• Placed in a proper setting to sustain singing and be heard by all.
      • Organ takes pride of place but other instruments may be used which are apt for sacred use or can be so rendered.
    • Musical instruments should not be used:
      • When the presidential texts are prayed no other singing or musical instruments should accompany them. This is especially true when these prayers are chanted by the priest (GIRM no. 32). An exception to this rule would be any through-composed pieces that have received some ecclesiastical approbation.
      • During Advent instruments are to be used with moderation (GIRM no. 313).
      • During Lent instruments are to be used only to accompany singing (exceptions Laetare Sunday, solemnities and feasts) (GIRM no. 313).
  • Important parts of the Mass to be sung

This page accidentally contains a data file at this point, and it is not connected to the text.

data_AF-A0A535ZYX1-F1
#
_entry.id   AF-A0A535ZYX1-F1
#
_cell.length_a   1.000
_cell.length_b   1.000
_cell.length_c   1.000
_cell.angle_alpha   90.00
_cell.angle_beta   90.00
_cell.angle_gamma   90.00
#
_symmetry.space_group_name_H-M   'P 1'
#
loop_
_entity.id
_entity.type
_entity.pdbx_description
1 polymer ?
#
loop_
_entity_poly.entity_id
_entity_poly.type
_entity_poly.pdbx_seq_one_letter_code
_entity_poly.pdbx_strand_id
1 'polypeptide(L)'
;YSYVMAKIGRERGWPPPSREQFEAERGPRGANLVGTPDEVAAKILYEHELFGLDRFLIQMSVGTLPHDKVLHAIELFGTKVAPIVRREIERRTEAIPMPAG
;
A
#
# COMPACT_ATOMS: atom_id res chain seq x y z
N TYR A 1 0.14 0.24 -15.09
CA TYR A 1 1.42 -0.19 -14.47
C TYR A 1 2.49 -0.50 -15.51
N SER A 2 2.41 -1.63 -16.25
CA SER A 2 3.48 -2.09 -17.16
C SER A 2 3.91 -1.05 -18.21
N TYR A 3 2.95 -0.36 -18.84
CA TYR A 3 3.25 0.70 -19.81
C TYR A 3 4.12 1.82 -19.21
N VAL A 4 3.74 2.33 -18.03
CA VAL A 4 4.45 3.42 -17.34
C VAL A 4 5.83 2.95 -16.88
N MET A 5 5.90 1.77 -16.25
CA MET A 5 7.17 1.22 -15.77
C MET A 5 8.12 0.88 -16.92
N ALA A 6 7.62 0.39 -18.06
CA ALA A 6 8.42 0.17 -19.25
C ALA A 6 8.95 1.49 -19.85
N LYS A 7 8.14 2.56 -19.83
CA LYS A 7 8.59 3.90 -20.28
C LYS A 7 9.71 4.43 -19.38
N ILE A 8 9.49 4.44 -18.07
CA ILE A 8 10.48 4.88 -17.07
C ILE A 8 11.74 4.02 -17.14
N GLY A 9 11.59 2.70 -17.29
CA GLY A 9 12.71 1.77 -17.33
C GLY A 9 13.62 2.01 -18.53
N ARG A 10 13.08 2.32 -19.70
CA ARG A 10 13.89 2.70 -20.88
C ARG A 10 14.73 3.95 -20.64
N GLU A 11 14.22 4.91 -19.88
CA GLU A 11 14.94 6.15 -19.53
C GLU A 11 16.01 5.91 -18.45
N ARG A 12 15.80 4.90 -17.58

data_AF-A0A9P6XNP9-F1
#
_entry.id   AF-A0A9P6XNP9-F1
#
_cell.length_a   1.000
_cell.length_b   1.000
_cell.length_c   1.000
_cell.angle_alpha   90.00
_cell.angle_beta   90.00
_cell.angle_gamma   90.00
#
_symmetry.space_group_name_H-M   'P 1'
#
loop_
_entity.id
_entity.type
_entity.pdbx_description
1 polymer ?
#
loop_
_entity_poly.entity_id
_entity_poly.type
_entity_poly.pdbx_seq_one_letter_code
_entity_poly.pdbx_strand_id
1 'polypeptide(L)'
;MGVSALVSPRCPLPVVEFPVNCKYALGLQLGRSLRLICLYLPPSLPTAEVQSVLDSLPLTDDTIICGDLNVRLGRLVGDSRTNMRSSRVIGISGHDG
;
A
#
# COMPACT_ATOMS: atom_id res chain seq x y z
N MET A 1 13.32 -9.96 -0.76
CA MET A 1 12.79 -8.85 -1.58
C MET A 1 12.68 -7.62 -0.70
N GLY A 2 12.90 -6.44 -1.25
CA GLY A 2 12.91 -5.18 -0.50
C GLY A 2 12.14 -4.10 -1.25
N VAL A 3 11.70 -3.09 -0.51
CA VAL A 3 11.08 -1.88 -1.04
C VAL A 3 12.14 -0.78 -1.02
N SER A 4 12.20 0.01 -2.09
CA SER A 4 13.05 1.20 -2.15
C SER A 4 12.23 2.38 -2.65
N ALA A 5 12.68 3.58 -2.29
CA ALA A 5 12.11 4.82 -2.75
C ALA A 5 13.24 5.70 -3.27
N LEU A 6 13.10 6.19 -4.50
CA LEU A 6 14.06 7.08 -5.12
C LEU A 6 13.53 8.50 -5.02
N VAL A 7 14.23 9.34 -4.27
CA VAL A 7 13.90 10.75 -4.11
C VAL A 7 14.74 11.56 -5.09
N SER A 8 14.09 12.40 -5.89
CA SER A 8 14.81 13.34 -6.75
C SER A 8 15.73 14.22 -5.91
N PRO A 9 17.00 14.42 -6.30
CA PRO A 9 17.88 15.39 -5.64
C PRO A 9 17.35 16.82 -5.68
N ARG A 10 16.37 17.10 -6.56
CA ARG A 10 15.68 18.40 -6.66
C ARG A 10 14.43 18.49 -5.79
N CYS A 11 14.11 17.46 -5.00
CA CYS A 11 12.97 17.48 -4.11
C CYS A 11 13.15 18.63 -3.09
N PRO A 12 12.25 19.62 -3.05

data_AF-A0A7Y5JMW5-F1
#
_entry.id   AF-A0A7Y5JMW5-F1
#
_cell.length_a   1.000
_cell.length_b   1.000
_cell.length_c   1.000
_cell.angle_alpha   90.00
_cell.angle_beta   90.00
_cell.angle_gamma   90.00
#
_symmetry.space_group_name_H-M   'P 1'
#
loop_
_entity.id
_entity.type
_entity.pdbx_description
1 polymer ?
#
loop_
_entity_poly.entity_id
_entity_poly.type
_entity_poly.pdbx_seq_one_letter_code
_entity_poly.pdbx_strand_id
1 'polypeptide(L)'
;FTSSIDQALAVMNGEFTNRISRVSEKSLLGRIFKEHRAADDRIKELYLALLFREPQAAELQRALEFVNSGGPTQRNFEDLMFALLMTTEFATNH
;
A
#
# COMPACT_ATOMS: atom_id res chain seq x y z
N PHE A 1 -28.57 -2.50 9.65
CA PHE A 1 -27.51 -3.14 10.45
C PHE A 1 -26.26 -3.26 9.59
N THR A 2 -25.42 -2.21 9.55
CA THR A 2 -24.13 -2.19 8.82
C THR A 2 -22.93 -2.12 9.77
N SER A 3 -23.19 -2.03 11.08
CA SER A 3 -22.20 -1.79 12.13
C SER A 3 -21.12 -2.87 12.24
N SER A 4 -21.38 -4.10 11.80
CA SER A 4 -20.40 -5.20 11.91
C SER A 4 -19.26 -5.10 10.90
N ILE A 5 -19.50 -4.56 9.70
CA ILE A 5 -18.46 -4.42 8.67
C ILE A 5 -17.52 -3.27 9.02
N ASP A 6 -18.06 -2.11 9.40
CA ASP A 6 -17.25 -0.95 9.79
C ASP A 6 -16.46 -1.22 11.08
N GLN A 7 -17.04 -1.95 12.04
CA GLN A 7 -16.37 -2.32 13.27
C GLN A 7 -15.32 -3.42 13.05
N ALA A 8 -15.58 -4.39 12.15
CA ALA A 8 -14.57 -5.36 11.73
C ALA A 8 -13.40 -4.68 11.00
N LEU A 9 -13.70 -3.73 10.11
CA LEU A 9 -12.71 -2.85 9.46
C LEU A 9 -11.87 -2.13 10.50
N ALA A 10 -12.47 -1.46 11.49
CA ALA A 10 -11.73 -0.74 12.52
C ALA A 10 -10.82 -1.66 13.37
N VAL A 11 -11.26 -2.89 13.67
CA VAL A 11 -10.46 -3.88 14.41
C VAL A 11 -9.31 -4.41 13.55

• This would be guided by the principle of progressive solemnity.
    • In choosing the parts of the Mass to be sung:
      • Preference should be given to:
        • those parts of greater importance (GIRM no. 40).
        • those parts whose very nature demand they be sung.
      • Special notice should be given to:
        • parts sung by the priest/deacon with a response by the people;
        • parts sung by the priest and people together.
  • Particular elements of the Mass:
    • Entrance Song (GIRM nos. 47 and 48):
      • Begins when priest and ministers enter.
      • Three aims:
        • Foster unity;
        • Promote the mystery of the liturgical season or feast;
        • Accompany the procession.
      • Text should foster participation and uphold aims
      • Different methods:
        • Alternately by choir/cantor and the people.
        • Entirely by the people.